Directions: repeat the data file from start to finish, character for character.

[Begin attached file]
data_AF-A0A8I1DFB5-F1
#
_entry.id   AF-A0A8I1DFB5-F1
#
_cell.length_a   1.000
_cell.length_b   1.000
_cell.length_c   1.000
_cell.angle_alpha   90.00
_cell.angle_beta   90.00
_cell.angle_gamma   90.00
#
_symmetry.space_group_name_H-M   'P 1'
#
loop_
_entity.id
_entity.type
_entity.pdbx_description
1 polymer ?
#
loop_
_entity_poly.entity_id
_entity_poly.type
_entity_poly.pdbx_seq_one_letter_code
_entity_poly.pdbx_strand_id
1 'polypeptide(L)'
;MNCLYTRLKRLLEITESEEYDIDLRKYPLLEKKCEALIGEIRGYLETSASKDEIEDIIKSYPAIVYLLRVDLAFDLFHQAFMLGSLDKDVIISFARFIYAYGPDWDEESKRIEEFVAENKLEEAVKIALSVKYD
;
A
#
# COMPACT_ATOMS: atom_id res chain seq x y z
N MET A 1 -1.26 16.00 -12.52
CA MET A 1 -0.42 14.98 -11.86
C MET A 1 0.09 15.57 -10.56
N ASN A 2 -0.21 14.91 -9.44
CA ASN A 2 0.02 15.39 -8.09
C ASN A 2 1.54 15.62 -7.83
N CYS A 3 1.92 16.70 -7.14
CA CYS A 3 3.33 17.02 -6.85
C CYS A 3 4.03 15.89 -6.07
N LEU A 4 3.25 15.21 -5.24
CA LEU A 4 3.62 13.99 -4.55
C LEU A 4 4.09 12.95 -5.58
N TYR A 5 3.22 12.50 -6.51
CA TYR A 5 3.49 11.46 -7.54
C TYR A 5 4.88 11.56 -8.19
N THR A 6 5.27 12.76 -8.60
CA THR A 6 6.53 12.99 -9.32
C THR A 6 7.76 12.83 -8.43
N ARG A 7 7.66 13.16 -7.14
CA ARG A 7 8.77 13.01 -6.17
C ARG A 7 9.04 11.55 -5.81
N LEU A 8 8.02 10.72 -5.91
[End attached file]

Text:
data_AF-A0A8I1DFB5-F1
#
_entry.id   AF-A0A8I1DFB5-F1
#
_cell.length_a   1.000
_cell.length_b   1.000
_cell.length_c   1.000
_cell.angle_alpha   90.00
_cell.angle_beta   90.00
_cell.angle_gamma   90.00
#
_symmetry.space_group_name_H-M   'P 1'
#
loop_
_entity.id
_entity.type
_entity.pdbx_description
1 polymer ?
#
loop_
_entity_poly.entity_id
_entity_poly.type
_entity_poly.pdbx_seq_one_letter_code
_entity_poly.pdbx_strand_id
1 'polypeptide(L)'
;MNCLYTRLKRLLEITESEEYDIDLRKYPLLEKKCEALIGEIRGYLETSASKDEIEDIIKSYPAIVYLLRVDLAFDLFHQAFMLGSLDKDVIISFARFIYAYGPDWDEESKRIEEFVAENKLEEAVKIALSVKYD
;
A
#
# COMPACT_ATOMS: atom_id res chain seq x y z
N MET A 1 -1.26 16.00 -12.52
CA MET A 1 -0.42 14.98 -11.86
C MET A 1 0.09 15.57 -10.56
N ASN A 2 -0.21 14.91 -9.44
CA ASN A 2 0.02 15.39 -8.09
C ASN A 2 1.54 15.62 -7.83
N CYS A 3 1.92 16.70 -7.14
CA CYS A 3 3.33 17.02 -6.85
C CYS A 3 4.03 15.89 -6.07
N LEU A 4 3.25 15.21 -5.24
CA LEU A 4 3.62 13.99 -4.55
C LEU A 4 4.09 12.95 -5.58
N TYR A 5 3.22 12.50 -6.51
CA TYR A 5 3.49 11.46 -7.54
C TYR A 5 4.88 11.56 -8.19
N THR A 6 5.27 12.76 -8.60
CA THR A 6 6.53 12.99 -9.32
C THR A 6 7.76 12.83 -8.43
N ARG A 7 7.66 13.16 -7.14
CA ARG A 7 8.77 13.01 -6.17
C ARG A 7 9.04 11.55 -5.81
N LEU A 8 8.02 10.72 -5.91